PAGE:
I remember reading about Seaman in the official Sega Dreamcast magazine back in the day. I was one of the only people I knew that got a Dreamcast; my uncle bought one with NFL2K and the game completely blew me away. I knew I HAD to get a Dreamcast, and I LOVED it. And the concept of a game this self-aware, this deep, and this technologically ahead of its’ time, completely drew me in. I really wanted to play and try this game.
I am so glad that I waited. This would’ve been lost on me in 2000 or so; today, this game’s sense of humor and world views were much more relatable and understandable as a middle-aged adult. Seaman is not a video game like you might expect; it’s a God simulator, pet simulator, and VMU (microphone) game. You must train the little creatures to understand English, teach them about yourself, and listen to their stories. This concept gets extremely in-depth as you explore the game. As you take care of the little fish-men, feeding them bugs and pellets and taking care of them when they’re ill. It’s a fun and relaxing experience.
The RTA speedrun? A bit different. You must rush through the game, which might sound counter-productive at first; you want to enjoy this type of game, right? While I agree that Seaman is a much better game as a casual experience, played over a few days as intended, the RTA makes for a single-segment experience that I cannot say I’ve ever quite had elsewhere. I was both disgusted by Seaman, and yet I cared for them deeply. I cringed and I laughed, I was hurt and I nearly cried. The little fishy fish was able to ask me questions enough that they seemed to actually know things about me I didn’t tell them. Whether it’s A.I., magic, or coincidence, you be the judge, but I can say that it made me think introspectively during my attempts.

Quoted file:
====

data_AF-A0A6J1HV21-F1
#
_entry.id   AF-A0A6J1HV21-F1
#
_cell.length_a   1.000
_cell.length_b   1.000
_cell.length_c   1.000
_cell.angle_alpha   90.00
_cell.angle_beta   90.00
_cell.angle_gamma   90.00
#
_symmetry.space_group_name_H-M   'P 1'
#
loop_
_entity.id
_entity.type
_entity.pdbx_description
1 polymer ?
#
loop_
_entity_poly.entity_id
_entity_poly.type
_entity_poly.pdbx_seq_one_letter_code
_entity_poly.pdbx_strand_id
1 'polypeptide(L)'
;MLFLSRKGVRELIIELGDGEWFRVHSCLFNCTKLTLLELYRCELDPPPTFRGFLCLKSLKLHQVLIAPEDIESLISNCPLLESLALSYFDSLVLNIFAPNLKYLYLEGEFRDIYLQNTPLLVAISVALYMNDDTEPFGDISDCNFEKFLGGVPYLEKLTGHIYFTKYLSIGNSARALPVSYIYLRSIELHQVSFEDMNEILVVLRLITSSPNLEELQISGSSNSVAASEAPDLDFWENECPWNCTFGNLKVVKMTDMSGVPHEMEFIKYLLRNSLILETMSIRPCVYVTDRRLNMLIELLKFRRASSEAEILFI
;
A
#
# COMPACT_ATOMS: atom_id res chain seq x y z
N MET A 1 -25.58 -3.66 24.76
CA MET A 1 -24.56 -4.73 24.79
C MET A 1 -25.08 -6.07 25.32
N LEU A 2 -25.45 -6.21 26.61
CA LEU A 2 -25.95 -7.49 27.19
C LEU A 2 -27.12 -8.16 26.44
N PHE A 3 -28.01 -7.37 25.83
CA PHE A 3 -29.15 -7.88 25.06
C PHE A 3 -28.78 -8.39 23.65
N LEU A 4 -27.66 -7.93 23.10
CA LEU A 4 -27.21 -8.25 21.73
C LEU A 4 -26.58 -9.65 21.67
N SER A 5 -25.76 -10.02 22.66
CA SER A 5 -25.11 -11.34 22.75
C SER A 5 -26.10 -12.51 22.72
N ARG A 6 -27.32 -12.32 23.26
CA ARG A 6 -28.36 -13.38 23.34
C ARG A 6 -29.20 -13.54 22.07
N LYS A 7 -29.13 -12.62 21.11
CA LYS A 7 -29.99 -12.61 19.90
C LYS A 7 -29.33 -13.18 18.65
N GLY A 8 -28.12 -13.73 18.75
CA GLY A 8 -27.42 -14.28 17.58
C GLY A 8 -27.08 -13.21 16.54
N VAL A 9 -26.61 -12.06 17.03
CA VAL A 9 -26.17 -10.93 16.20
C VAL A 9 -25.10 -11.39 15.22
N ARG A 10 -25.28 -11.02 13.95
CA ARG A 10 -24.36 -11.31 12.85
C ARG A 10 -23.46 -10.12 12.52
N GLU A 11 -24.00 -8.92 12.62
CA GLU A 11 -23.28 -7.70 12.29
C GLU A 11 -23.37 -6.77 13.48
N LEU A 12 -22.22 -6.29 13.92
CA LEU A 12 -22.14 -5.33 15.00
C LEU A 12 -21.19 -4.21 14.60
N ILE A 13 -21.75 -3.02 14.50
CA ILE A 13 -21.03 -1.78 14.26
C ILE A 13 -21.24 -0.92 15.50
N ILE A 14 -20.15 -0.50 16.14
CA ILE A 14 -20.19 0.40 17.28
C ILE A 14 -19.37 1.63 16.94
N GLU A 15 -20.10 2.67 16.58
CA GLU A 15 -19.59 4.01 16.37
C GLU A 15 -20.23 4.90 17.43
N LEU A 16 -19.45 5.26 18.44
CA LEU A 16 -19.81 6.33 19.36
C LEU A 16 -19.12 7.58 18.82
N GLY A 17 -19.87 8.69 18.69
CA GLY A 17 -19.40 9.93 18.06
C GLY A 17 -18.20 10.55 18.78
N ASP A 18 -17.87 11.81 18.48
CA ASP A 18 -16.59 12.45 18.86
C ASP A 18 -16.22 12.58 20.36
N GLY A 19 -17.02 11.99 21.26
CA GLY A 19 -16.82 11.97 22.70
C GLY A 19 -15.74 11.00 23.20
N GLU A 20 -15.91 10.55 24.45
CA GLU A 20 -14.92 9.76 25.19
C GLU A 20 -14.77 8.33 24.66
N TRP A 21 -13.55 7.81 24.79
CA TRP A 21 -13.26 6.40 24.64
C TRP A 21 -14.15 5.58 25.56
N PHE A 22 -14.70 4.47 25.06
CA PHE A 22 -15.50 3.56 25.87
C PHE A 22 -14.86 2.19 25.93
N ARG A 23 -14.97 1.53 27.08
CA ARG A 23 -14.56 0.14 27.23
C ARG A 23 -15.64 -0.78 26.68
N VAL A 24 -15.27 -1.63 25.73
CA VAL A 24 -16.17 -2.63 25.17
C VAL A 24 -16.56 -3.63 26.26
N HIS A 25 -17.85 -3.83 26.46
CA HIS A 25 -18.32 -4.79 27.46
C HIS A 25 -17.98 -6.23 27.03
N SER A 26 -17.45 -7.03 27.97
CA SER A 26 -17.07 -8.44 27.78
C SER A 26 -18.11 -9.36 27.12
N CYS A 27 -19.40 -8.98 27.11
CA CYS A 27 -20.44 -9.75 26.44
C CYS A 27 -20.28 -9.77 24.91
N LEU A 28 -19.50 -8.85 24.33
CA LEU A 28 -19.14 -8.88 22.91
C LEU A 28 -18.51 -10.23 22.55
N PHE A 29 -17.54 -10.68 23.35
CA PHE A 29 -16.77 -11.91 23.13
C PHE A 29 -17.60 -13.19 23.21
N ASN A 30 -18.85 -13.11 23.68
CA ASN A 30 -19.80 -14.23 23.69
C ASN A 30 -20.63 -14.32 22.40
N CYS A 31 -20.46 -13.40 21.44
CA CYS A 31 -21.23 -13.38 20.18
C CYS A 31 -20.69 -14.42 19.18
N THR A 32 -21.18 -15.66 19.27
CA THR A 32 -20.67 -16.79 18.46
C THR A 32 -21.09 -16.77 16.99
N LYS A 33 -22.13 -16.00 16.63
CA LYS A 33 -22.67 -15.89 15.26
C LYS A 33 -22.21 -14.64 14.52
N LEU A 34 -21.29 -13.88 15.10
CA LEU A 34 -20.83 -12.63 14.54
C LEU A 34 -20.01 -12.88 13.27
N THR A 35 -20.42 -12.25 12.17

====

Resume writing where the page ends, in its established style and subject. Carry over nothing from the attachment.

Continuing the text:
Seaman is such a unique game to speedrun. I thought I was heading into a joke of a run in this Trial, but the joke was on me; I had a blast. I highly recommend it to folks looking for an odd, different take on a speedrun.